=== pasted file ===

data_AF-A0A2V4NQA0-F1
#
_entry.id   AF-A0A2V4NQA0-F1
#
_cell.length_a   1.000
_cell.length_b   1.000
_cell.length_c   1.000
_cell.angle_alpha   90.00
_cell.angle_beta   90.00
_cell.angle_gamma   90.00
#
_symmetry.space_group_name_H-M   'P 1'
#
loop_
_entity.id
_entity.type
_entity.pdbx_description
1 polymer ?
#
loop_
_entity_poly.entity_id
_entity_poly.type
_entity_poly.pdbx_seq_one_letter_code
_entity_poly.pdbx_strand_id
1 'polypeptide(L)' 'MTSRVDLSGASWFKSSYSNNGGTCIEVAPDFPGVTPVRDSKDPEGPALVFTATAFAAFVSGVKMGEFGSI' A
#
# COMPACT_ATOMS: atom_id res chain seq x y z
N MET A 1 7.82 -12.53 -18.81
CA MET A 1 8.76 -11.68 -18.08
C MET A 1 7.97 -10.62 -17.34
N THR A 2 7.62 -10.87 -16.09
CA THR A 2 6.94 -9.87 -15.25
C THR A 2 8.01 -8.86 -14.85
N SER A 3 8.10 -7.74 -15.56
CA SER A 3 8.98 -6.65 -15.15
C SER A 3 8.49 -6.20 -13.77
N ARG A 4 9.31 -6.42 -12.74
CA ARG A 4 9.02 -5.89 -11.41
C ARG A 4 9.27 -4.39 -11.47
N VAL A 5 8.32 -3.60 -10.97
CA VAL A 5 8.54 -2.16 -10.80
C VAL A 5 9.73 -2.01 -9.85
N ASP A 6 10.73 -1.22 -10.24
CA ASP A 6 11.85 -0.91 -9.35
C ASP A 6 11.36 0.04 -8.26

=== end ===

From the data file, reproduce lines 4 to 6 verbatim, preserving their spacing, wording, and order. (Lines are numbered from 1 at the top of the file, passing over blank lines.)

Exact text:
#
_cell.length_a   1.000
_cell.length_b   1.000